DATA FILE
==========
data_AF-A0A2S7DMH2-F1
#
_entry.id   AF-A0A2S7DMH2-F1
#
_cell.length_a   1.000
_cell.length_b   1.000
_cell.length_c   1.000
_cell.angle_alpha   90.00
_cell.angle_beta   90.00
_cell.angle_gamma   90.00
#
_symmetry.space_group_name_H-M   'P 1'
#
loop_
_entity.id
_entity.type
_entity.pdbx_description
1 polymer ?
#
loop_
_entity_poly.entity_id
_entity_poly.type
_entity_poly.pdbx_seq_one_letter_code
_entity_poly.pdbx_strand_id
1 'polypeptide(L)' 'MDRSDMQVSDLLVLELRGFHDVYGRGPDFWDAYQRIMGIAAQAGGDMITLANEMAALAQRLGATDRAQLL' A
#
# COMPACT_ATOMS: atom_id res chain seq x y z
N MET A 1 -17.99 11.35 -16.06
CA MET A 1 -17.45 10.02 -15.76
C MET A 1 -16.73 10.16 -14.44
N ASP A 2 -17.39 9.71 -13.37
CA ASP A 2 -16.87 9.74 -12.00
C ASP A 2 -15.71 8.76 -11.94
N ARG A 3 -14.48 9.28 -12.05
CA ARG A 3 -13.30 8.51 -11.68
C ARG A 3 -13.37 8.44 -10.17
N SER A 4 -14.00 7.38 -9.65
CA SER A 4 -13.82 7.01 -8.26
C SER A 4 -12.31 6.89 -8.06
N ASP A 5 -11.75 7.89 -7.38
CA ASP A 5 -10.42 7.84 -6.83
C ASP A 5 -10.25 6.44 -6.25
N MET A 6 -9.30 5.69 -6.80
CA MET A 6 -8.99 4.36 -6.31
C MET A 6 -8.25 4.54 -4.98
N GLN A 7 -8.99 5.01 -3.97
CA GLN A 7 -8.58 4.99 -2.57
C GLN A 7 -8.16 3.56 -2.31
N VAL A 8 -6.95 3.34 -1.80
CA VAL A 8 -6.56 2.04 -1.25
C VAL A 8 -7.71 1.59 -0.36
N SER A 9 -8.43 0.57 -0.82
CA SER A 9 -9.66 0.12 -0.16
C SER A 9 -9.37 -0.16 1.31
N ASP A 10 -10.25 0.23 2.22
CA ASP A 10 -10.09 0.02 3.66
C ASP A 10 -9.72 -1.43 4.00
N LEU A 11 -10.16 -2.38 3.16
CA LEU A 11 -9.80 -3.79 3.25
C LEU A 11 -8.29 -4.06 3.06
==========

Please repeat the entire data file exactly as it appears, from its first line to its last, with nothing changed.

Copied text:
data_AF-A0A2S7DMH2-F1
#
_entry.id   AF-A0A2S7DMH2-F1
#
_cell.length_a   1.000
_cell.length_b   1.000
_cell.length_c   1.000
_cell.angle_alpha   90.00
_cell.angle_beta   90.00
_cell.angle_gamma   90.00
#
_symmetry.space_group_name_H-M   'P 1'
#
loop_
_entity.id
_entity.type
_entity.pdbx_description
1 polymer ?
#
loop_
_entity_poly.entity_id
_entity_poly.type
_entity_poly.pdbx_seq_one_letter_code
_entity_poly.pdbx_strand_id
1 'polypeptide(L)' 'MDRSDMQVSDLLVLELRGFHDVYGRGPDFWDAYQRIMGIAAQAGGDMITLANEMAALAQRLGATDRAQLL' A
#
# COMPACT_ATOMS: atom_id res chain seq x y z
N MET A 1 -17.99 11.35 -16.06
CA MET A 1 -17.45 10.02 -15.76
C MET A 1 -16.73 10.16 -14.44
N ASP A 2 -17.39 9.71 -13.37
CA ASP A 2 -16.87 9.74 -12.00
C ASP A 2 -15.71 8.76 -11.94
N ARG A 3 -14.48 9.28 -12.05
CA ARG A 3 -13.30 8.51 -11.68
C ARG A 3 -13.37 8.44 -10.17
N SER A 4 -14.00 7.38 -9.65
CA SER A 4 -13.82 7.01 -8.26
C SER A 4 -12.31 6.89 -8.06
N ASP A 5 -11.75 7.89 -7.38
CA ASP A 5 -10.42 7.84 -6.83
C ASP A 5 -10.25 6.44 -6.25
N MET A 6 -9.30 5.69 -6.80
CA MET A 6 -8.99 4.36 -6.31
C MET A 6 -8.25 4.54 -4.98
N GLN A 7 -8.99 5.01 -3.97
CA GLN A 7 -8.58 4.99 -2.57
C GLN A 7 -8.16 3.56 -2.31
N VAL A 8 -6.95 3.34 -1.80
CA VAL A 8 -6.56 2.04 -1.25
C VAL A 8 -7.71 1.59 -0.36
N SER A 9 -8.43 0.57 -0.82
CA SER A 9 -9.66 0.12 -0.16
C SER A 9 -9.37 -0.16 1.31
N ASP A 10 -10.25 0.23 2.22
CA ASP A 10 -10.09 0.02 3.66
C ASP A 10 -9.72 -1.43 4.00
N LEU A 11 -10.16 -2.38 3.16
CA LEU A 11 -9.80 -3.79 3.25
C LEU A 11 -8.29 -4.06 3.06